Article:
Socioeconomic inequalities in cancer incidence in Europe: a comprehensive review of population-based epidemiological studies
Background. Since the end of the previous century, there has not been a comprehensive review of European studies on socioeconomic inequality in cancer incidence. In view of recent advances in data source linkage and analytical methods, we aimed to update the knowledge base on associations between location-specific cancer incidence and individual or area-level measures of socio-economic status (SES) among European adults.
Materials and methods. We systematically searched three databases (PubMed, Scopus and Web of Science) for articles on cancer incidence and SES. Qualitative synthesis was performed on the 91 included English language studies, published between 2000 and 2019 in Europe, which focused on adults, relied on cancer registry data and reported on relative risk (RR) estimates.
Results. Adults with low SES have increased risk of head and neck, oesophagogastric, liver and gallbladder, pancreatic, lung, kidney, bladder, penile and cervical cancers (highest RRs for lung, head and neck, stomach and cervix). Conversely, high SES is linked with increased risk of thyroid, breast, prostate and skin cancers. Central nervous system and haematological cancers are not associated with SES. The positive gap in testicular cancer has narrowed, while colorectal cancer shows a varying pattern in different countries. Negative associations are generally stronger for men compared to women.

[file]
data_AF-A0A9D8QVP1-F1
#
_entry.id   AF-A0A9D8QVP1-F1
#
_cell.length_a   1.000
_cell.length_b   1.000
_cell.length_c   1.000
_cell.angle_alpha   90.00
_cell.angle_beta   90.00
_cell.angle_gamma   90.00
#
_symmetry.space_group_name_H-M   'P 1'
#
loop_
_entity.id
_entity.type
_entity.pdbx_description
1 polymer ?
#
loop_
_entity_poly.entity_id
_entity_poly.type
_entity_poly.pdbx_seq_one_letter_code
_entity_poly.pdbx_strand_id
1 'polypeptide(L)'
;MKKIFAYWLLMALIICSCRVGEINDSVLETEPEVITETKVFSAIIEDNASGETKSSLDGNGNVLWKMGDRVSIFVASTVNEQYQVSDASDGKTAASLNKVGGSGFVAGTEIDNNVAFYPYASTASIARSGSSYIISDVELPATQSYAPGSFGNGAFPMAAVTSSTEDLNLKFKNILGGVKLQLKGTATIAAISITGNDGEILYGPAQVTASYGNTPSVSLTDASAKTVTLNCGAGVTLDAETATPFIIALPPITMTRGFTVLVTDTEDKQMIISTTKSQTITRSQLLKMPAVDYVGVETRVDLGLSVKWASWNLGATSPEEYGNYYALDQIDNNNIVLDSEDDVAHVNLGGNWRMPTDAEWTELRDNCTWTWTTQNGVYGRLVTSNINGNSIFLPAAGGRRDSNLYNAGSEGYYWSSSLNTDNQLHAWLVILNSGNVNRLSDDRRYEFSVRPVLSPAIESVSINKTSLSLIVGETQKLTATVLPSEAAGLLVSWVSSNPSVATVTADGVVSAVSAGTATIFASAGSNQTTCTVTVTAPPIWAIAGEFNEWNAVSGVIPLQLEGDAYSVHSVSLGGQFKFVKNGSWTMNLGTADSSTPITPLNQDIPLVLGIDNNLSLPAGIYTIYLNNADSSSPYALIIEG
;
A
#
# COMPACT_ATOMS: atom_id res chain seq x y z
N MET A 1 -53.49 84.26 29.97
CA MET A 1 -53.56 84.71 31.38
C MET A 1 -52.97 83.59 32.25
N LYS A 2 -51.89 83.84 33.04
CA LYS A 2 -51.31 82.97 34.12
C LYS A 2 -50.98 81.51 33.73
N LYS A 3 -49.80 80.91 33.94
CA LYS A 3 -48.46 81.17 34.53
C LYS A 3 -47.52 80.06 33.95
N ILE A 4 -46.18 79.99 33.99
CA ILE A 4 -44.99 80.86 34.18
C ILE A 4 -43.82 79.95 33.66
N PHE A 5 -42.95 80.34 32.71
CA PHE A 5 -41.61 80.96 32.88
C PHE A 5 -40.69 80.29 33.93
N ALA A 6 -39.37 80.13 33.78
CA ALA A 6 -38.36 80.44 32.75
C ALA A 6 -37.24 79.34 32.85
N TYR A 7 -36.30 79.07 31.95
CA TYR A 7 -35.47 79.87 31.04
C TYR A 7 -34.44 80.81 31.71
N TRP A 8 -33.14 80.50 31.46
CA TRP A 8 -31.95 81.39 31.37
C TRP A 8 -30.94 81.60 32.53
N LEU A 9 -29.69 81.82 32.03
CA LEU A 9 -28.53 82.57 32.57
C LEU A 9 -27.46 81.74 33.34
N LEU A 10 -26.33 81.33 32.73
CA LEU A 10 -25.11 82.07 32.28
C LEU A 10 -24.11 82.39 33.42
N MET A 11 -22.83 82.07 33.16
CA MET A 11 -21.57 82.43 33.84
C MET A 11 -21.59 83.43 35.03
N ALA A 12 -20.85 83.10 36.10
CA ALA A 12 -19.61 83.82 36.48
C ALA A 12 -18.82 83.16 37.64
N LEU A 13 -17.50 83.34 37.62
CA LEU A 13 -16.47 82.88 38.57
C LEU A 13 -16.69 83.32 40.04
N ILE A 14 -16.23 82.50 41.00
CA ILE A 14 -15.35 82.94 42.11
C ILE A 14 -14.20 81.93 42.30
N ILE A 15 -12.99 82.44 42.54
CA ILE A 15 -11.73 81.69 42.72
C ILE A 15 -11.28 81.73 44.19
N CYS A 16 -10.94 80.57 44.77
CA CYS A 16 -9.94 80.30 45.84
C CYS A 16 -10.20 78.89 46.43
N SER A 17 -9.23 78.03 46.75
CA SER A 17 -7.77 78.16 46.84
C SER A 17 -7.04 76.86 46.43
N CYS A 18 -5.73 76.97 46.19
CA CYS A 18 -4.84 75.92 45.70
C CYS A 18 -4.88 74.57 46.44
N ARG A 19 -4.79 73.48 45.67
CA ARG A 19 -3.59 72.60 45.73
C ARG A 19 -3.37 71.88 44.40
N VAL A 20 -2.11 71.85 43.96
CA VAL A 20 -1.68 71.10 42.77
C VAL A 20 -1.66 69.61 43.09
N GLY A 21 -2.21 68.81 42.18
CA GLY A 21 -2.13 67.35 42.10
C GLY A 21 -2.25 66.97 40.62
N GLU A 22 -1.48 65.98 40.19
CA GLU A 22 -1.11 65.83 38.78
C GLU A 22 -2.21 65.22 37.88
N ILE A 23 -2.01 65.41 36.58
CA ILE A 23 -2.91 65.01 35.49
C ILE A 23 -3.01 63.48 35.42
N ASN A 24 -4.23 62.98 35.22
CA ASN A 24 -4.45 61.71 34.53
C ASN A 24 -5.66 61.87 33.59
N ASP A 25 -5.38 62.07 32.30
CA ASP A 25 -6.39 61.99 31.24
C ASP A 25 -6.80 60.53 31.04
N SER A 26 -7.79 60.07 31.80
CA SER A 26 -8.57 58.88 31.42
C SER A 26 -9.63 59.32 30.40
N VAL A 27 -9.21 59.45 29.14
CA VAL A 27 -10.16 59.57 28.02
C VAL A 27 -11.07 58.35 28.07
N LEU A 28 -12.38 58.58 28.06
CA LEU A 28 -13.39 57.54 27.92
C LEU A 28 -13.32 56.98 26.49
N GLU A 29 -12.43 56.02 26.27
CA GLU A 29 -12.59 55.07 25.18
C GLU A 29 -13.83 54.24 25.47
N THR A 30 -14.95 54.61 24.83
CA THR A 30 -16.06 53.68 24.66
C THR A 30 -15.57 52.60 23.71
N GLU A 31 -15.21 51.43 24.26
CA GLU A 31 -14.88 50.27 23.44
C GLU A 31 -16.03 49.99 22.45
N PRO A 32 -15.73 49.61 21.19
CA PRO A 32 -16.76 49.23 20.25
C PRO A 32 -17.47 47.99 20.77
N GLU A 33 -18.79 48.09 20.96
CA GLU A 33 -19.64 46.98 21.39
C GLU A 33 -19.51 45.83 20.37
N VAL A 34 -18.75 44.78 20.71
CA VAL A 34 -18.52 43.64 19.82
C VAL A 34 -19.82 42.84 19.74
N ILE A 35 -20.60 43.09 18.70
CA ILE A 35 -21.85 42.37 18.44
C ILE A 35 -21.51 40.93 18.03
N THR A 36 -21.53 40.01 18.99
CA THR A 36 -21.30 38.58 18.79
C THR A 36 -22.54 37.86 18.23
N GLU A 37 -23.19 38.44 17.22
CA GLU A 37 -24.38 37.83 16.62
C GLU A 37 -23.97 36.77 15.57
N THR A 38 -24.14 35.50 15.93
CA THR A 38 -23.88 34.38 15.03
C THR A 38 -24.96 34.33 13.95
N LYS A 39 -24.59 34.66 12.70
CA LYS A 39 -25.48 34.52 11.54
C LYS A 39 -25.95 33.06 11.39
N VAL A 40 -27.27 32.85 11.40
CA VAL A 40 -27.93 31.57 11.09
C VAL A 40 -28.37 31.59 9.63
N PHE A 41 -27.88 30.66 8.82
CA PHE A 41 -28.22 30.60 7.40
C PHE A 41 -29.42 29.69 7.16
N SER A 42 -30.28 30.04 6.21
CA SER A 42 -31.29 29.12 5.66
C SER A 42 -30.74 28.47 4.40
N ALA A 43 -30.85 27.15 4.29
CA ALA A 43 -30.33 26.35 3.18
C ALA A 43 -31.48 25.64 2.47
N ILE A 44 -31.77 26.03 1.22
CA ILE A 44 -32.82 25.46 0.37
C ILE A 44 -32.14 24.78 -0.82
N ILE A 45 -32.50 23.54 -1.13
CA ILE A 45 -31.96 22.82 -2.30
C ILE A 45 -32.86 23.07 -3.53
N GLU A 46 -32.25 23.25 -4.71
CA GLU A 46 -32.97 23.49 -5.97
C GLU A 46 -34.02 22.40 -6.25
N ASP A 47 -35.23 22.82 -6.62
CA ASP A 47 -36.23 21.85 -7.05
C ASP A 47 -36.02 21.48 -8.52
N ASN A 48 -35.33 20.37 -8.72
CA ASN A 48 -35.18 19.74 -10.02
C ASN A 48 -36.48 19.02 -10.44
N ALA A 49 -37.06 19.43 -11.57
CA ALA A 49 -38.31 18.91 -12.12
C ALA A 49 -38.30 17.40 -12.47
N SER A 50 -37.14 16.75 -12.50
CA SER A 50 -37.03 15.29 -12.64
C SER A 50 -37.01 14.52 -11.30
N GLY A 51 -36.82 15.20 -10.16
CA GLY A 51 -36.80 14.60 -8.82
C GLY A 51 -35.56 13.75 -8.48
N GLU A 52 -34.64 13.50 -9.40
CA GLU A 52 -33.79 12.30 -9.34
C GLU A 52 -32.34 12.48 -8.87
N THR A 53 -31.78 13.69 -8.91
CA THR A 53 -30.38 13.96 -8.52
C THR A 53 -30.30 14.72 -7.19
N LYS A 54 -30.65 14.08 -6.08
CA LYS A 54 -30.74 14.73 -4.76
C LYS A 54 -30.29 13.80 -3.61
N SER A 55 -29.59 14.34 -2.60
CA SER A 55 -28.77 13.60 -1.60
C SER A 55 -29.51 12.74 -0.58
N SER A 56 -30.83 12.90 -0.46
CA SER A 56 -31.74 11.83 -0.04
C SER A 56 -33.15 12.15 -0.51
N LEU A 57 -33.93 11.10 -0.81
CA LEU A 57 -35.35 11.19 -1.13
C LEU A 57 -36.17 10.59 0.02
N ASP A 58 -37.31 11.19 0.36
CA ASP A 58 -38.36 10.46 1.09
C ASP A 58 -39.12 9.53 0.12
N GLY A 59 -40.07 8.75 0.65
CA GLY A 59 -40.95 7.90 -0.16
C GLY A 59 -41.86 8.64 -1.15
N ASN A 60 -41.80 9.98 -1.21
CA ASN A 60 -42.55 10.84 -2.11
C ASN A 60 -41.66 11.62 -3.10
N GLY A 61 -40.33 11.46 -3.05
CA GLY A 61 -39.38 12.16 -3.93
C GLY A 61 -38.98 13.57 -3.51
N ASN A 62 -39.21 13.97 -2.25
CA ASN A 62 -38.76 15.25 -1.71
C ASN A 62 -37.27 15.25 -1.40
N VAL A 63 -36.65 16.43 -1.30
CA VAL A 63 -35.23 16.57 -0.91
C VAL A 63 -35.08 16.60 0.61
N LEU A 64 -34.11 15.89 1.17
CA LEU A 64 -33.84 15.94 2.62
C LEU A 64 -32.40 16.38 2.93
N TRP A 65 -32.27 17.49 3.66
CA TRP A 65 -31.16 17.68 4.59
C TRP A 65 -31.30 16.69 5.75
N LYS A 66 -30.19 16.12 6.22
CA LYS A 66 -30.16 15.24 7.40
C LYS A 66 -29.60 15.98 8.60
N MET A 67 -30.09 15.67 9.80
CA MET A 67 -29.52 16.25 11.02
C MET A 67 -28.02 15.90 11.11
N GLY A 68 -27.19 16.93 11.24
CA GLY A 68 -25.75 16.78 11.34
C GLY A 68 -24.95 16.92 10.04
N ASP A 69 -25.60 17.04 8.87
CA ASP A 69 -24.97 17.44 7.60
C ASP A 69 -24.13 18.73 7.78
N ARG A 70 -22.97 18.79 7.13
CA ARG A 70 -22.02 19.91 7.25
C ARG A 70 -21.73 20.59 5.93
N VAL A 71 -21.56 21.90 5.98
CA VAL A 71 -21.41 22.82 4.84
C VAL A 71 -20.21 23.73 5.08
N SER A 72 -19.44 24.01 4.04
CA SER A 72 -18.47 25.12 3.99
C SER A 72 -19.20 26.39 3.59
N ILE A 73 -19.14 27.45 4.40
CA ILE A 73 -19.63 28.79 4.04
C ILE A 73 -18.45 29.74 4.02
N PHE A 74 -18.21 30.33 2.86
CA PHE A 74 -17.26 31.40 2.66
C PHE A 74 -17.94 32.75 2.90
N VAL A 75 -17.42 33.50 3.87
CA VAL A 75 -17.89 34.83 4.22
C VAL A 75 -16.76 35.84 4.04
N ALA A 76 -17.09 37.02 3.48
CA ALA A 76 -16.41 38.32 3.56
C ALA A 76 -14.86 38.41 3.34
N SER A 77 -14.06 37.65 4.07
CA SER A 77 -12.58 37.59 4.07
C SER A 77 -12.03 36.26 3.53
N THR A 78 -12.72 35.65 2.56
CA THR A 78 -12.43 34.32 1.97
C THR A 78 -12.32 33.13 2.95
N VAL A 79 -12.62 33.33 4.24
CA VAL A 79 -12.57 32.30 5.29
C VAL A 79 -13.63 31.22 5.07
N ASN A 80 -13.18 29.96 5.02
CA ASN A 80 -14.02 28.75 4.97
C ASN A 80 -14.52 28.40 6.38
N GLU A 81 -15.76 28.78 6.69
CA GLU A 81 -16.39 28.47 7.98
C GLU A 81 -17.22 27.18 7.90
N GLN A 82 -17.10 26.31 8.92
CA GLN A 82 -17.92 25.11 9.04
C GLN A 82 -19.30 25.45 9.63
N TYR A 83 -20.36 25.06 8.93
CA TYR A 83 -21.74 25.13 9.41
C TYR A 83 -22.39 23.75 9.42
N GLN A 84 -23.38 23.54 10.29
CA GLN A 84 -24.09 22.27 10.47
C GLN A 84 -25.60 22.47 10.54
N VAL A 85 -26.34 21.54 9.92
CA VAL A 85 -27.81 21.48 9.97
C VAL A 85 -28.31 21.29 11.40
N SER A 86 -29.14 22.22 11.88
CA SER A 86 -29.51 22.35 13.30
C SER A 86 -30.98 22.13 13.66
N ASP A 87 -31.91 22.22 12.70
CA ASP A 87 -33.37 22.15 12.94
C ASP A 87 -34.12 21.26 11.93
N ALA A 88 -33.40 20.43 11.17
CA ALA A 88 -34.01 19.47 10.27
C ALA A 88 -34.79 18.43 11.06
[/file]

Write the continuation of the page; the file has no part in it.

Conclusion. In Europe, cancers in almost all common locations are associated with SES and the inequalities can be explained to a varying degree by known life-style related factors, most notably smoking. Independent effects of many individual and area SES measures which capture different aspects of SES can also be observed.